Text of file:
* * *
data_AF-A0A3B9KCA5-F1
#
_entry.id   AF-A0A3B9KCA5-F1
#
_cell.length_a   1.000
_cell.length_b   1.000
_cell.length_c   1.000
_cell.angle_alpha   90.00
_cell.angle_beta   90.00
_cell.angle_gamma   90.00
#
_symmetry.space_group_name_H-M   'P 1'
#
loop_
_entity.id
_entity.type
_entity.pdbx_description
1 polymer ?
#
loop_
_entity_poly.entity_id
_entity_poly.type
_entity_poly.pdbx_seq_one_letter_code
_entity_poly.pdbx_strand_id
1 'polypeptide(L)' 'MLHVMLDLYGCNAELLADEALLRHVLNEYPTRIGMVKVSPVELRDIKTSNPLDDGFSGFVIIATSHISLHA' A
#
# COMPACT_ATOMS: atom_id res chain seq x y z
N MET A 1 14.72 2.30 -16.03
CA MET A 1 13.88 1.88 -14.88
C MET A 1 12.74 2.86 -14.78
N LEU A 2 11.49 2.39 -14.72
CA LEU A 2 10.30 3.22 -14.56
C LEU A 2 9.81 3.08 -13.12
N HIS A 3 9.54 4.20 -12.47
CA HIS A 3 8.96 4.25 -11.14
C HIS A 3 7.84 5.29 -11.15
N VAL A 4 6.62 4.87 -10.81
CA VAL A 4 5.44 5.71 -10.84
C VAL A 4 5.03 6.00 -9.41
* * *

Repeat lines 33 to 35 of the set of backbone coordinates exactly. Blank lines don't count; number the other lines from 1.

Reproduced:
C LEU A 2 9.81 3.08 -13.12
N HIS A 3 9.54 4.20 -12.47
CA HIS A 3 8.96 4.25 -11.14